Murray, one of three newly elected Sandusky city commissioners, frequently posed questions, requests and critiques to other officials at a recent public meeting.
While Murray’s not yet officially a commissioner, he’s allowed to attend meetings and provide input to any issue voted on or discussed.
Murray expressed his concerns about five issues, including why problems exist and his justifications:
Concern No. 1: City officials ignoring the issue of whether to stay or leave City Hall.
• Why it’s an issue: City commissioners haven’t decided on whether to stay, sell off or move offices elsewhere in Sandusky. The building’s old and outdated, with repairs costing upwards of $6 million. Sandusky’s chief building official said he doesn’t feel comfortable investing in a nearly 60-year-old building and recommends constructing an entirely new structure. The municipal court facility is also in shambles, with constant leaks, security issues and other problems.
• Murray’s response: “We need to fish or cut bait with respect to this building. Pouring more money into this building and not having fully resolved the question of where we are going to be in two years makes no sense at all. It makes it all the more likely we will be stuck in an inadequate building.”
Concern No. 2: City commissioners voting on numerous items deemed as “emergency legislation.”
• Why it’s an issue: In a nutshell, emergency legislation allows officials to vote on an issue without giving community members enough notice beforehand.
• Murray’s response: “What I am politely suggesting to staff, moving forward, is to provide an explanation as to why legislation is proposed as emergency legislation. If there’s a good reason for it, I’ll vote for it. But if there isn’t, I’m going to vote ‘no.’ The public has a right to know about an important issue more than just a couple days before the agenda is disseminated and should be able to reflect on what legislation is good.”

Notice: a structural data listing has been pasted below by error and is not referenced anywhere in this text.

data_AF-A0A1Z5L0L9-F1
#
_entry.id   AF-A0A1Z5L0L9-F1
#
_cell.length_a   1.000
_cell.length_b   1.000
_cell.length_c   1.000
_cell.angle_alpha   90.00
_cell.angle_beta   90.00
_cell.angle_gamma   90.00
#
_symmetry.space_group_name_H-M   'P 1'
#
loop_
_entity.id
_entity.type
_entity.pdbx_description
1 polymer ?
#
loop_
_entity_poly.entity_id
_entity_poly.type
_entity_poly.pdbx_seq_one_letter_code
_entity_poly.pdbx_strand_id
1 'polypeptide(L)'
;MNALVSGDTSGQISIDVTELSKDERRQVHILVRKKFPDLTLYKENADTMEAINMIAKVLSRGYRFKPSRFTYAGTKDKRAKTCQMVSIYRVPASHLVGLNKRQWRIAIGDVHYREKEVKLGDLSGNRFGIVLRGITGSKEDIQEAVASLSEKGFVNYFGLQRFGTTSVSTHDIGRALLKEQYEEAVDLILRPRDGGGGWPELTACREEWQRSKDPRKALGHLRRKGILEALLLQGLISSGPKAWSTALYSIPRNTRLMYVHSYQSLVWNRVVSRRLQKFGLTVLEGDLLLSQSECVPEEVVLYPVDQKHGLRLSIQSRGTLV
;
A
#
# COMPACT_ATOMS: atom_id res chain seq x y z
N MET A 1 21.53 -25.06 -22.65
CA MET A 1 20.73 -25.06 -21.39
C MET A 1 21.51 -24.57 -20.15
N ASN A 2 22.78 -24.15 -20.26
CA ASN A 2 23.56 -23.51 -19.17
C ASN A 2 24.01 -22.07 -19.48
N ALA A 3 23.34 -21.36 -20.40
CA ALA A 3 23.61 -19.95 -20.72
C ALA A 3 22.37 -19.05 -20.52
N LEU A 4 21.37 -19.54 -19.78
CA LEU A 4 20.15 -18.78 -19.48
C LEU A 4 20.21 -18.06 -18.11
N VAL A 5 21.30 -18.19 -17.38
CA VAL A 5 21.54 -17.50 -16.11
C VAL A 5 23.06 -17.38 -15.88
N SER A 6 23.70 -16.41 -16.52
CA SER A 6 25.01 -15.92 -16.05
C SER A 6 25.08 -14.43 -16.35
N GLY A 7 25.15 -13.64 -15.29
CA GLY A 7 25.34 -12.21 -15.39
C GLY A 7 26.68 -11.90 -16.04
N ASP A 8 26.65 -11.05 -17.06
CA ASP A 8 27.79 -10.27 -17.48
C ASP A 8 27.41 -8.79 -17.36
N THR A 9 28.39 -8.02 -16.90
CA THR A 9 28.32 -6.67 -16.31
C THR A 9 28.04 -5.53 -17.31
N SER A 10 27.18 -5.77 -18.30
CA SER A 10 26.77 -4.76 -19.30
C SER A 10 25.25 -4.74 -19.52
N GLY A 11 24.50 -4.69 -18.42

Concern No. 3: The lingering status of Bowling Green State University and area schools possibly developing a science center or other research opportunities at the Sandusky Bay Pavilion.
• Why it’s an issue: The park — a long-neglected property, which includes a blighted pool — is a safety risk. Getting education entities involved in the property would help revitalize this East Water Street facility and foster goodwill throughout the community.
• Murray’s response: “Staff at Bowling Green has said ‘We are interested, and we want to go out and raise grant money to support programs there.’ But those funding entities need us to be able to provide proof that they have a secure facility and that we are developing a master plan.”
Concern No. 4: City manager Nicole Ard proceeding with town hall-style meetings and presenting a tentative budget and possible projects to community members without approval, input or support from commissioners.
• Why it’s an issue: Asking about projects without proper funding might be problematic, considering Sandusky faces a $1 million deficit in its $16 million everyday operating budget, funding many services such as fire and police. Officials must balance the budget — either by making cuts or raising revenues, such as taxes — by March.
• Murray’s response: “I’m not sure we don’t have the cart before the horse here. I’d rather have those discussions about the budget before. I prefer the time frame to address some budget issues. Once we have a sense of how that is likely to play out, we can move forward. We need to get feedback from the community and find out what their priorities are.”
Concern No. 5: City commissioners ignoring a request from a local police union to consider naming the new west end overpass after slain Sandusky police Officer Andrew Dunn.
• Why it’s an issue: It’s just overall rude to ignore a request, Murray said.
• Murray’s response: “I thought that was a fine suggestion. I’m certainly open to other suggestions, but my objection was it wasn’t addressed. Just answer the question. If you want to honor more heroes from Sandusky, that’s fine, but let’s do something.”